"It's early" is no longer an excuse...so is it now too late for the Brewers?
Maybe we were kidding ourselves, thinking this year's edition of the Milwaukee Brewers could repeat as division champs.
It would seem that way this Monday morning, one that finds the Brewers six games under .500 in fourth place in the NL Central with only woeful Houston and inept Chicago cushioning the Crew from the cellar. The new work week starts with a trip to division-leading Cincinnati where the Reds are playing the fine baseball many thought they would. Milwaukee, meanwhile, is coming off a gut-wrenching 1-0 loss to the White Sox Sunday, the ten-inning win giving Chicago the series victory.
There've been other painful defeats this season, but yesterday's flame-out at The Cell seems to signal a new nadir, with Manager Ron Roenicke pretty much throwing Nyjer Morgan under the bus for a critical base-running gaffe ("Ask him," said the skipper when post-game reporters pressed Roenicke for an explanation). Journal/Sentinel beat writer Tom Haudricourt writes, "The Milwaukee Brewers can stop providing evidence any time they'd like. We get it. This is not your 2011 championship-caliber ball club" while columnist Michael Hunt is even more pointed in his assessment of what transpired Sunday, saying "The only National League flag the Brewers seemed interesting in hoisting was a whiter shade of pale. In their final interleague game of the season, it was as if the Brewers had surrendered what was left of their tattered year."
Yowsa. How fast the afterglow fades from all those spiffy new Aaron Rodgers TV spots.
What happened to turn so much April optimism into so much June gloom? One could blame injuries, but that's a cop-out. Almost every team has a big name or three on the DL this season. The Brewers were a relatively healthy bunch when camp broke but were a mere 9-13 heading into the series in San Diego that saw them lose first baseman Mat Gamel and shortstop Alex Gonzalez within days of each other. So, we'll never know if Gamel was the worthy heir to Prince Fielder or how much better Gonzalez would've been than Yuni Bettancourt in 2012.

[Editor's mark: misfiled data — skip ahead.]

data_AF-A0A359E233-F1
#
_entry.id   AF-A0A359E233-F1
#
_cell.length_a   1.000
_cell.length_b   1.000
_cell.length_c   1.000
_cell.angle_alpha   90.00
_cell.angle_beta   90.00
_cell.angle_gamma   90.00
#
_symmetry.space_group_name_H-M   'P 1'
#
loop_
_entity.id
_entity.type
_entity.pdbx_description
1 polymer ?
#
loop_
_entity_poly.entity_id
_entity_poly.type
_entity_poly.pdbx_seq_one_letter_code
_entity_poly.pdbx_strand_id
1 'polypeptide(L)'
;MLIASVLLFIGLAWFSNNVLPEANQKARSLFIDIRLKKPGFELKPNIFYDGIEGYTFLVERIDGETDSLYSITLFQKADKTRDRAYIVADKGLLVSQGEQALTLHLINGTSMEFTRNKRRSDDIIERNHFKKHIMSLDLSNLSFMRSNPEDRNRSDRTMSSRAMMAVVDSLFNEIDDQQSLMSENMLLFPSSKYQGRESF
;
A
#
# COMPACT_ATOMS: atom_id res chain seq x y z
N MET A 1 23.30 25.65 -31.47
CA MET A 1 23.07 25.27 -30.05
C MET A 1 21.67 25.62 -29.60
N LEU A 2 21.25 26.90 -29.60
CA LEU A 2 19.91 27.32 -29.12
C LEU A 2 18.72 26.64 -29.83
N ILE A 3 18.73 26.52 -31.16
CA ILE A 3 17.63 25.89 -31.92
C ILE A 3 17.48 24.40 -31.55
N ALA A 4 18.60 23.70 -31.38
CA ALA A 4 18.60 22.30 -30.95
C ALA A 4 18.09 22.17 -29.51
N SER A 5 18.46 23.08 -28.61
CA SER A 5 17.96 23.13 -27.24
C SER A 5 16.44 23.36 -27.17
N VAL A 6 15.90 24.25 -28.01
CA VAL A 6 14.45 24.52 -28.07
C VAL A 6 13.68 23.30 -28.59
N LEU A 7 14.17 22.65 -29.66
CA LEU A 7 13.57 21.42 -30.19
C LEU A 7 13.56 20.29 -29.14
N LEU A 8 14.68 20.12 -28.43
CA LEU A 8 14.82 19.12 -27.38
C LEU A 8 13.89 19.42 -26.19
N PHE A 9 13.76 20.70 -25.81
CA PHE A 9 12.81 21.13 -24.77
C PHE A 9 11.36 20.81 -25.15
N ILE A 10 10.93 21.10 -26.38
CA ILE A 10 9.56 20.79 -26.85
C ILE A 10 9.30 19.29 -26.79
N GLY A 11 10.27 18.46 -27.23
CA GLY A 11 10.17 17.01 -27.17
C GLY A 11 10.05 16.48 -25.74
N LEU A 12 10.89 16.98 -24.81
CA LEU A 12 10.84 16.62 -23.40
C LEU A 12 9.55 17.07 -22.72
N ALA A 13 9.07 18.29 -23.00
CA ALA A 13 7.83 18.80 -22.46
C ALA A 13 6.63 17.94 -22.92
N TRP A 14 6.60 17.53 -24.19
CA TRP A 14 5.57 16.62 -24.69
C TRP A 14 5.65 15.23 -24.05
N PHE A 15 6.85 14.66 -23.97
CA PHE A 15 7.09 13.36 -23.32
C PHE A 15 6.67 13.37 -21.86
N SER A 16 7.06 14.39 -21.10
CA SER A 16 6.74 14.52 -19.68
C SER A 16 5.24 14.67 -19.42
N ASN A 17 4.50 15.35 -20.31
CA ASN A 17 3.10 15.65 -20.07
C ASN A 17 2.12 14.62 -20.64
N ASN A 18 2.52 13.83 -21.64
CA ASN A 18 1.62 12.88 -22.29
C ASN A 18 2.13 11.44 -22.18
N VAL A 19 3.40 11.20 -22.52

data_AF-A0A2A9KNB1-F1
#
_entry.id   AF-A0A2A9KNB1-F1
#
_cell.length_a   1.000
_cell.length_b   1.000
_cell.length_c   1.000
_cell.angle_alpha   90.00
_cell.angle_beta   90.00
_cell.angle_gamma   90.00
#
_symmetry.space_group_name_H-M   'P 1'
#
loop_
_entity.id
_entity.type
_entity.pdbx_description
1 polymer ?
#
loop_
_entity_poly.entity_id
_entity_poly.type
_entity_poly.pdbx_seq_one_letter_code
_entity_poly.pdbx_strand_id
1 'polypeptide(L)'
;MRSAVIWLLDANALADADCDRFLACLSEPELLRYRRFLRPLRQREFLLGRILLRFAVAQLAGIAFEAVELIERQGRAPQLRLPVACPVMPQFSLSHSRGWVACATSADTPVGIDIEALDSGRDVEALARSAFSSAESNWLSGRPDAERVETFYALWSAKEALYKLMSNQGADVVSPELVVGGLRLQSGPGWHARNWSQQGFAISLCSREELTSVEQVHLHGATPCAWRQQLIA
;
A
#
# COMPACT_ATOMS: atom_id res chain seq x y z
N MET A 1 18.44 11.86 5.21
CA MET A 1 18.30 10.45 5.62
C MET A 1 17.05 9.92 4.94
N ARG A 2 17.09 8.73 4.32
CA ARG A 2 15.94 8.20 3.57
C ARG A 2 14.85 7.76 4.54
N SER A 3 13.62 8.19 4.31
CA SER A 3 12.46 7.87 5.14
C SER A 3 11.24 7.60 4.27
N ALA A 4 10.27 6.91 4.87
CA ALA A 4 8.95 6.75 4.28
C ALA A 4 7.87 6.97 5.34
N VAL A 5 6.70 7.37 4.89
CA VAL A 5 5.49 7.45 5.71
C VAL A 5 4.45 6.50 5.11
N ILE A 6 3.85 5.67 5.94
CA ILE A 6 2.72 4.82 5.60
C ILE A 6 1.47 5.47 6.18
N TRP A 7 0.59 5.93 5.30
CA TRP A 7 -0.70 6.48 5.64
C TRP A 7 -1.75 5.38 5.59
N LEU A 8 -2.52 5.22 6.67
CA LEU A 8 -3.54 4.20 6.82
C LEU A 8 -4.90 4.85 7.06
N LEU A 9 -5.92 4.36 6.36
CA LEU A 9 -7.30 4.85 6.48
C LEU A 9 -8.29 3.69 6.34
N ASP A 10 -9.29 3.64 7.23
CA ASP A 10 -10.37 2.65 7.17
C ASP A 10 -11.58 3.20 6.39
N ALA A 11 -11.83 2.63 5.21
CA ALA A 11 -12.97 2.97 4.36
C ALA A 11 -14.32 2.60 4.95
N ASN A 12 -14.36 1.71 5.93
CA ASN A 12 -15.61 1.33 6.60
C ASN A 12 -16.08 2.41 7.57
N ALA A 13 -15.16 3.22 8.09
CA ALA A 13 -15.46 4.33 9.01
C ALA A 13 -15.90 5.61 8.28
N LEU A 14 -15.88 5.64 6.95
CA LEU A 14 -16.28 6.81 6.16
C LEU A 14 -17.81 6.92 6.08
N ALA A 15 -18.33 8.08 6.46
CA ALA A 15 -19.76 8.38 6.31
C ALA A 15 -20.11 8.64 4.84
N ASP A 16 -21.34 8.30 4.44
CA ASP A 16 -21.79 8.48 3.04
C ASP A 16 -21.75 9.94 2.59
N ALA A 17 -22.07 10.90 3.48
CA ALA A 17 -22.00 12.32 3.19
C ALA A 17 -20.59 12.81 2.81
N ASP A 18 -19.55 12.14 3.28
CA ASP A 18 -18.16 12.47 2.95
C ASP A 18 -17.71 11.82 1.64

GM Doug Melvin's magical ability to find reclamation projects has yet to manifest itself this season--as evidenced by Cody Ransom and Brooks Conrad. Ransom was last seen striking out four times Sunday and Conrad fell out of favor when he couldn't live up to his spring training stats.
The lock-down late-inning relief that paved the way to so much 2011 success has yet to consistently materialize--John Axford and Frankie Rodriguez are, indeed, fallible. Manny Parra is consistently so. Kameron Loe keeps giving away Randy Wolf's wins. Wolf might be on suicide watch, having watched Loe and his comrades hand back six of nine potential W's. Offensively, clutch hits are hard to come by and Rickey Weeks has yet ot crack the Mendoza line. He remains in the lineup because, quite frankly, there's nothing to replace him with.
There are bright spots, and that's why I say it's too early to surrender. Ryan Braun is mashing after his winter of discontent. Corey Hart is comfy at first, where I think he should've been a long time ago. Nori Aoki should be leading off, given the green light every time he's on base and playing every day. Little by little, regulars are coming back, most notably Jonathan Lucroy, although Martin Maldanado filled in admirably. The Brewers found two capable starters in their minor league system and have Marco Estrada coming back, too.
The Rays and Cardinals dug out of ten-game holes in late August of 2011 to make playoff runs--St. Louis won the freakin' World Series. Granted, the Brewers don't have a David Freese in their starting eight, at least not yet. Intangibles--or 'breaks', if you will--have yet to go Milwaukee's way, but it's a long season and things change. Yes, the Crew is six and a half behind the Reds heading into this week's series in Cincinnati but this is a chance for the Brewers to show they can still fight for a division no one has yet to claim as their own. If Cincy takes all three, though, it might cement Melvin's fate as a mid-summer seller when other teams start asking about Milwaukee's available talent.
It's only June, but these three games in Cincinnati are pretty darn huge.